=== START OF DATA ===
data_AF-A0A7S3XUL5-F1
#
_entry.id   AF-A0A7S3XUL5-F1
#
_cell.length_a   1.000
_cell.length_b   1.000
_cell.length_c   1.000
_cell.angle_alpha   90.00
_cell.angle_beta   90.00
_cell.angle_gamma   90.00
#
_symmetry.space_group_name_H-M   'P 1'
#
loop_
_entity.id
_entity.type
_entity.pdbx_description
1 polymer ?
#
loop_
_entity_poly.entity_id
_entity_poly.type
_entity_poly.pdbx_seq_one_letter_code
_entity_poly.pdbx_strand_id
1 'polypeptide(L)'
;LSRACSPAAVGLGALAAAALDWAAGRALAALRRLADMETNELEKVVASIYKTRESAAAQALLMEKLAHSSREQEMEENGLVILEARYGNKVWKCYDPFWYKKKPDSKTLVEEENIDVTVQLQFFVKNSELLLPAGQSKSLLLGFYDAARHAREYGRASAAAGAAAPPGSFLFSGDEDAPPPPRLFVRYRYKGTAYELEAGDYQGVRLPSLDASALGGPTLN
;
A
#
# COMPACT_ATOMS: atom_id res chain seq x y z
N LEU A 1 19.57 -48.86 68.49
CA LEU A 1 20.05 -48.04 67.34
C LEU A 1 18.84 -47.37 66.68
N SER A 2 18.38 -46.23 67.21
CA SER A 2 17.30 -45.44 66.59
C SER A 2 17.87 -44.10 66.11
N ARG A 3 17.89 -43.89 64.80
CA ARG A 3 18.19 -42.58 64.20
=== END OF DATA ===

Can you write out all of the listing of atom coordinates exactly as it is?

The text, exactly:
data_AF-A0A7S3XUL5-F1
#
_entry.id   AF-A0A7S3XUL5-F1
#
_cell.length_a   1.000
_cell.length_b   1.000
_cell.length_c   1.000
_cell.angle_alpha   90.00
_cell.angle_beta   90.00
_cell.angle_gamma   90.00
#
_symmetry.space_group_name_H-M   'P 1'
#
loop_
_entity.id
_entity.type
_entity.pdbx_description
1 polymer ?
#
loop_
_entity_poly.entity_id
_entity_poly.type
_entity_poly.pdbx_seq_one_letter_code
_entity_poly.pdbx_strand_id
1 'polypeptide(L)'
;LSRACSPAAVGLGALAAAALDWAAGRALAALRRLADMETNELEKVVASIYKTRESAAAQALLMEKLAHSSREQEMEENGLVILEARYGNKVWKCYDPFWYKKKPDSKTLVEEENIDVTVQLQFFVKNSELLLPAGQSKSLLLGFYDAARHAREYGRASAAAGAAAPPGSFLFSGDEDAPPPPRLFVRYRYKGTAYELEAGDYQGVRLPSLDASALGGPTLN
;
A
#
# COMPACT_ATOMS: atom_id res chain seq x y z
N LEU A 1 19.57 -48.86 68.49
CA LEU A 1 20.05 -48.04 67.34
C LEU A 1 18.84 -47.37 66.68
N SER A 2 18.38 -46.23 67.21
CA SER A 2 17.30 -45.44 66.59
C SER A 2 17.87 -44.10 66.11
N ARG A 3 17.89 -43.89 64.80
CA ARG A 3 18.19 -42.58 64.20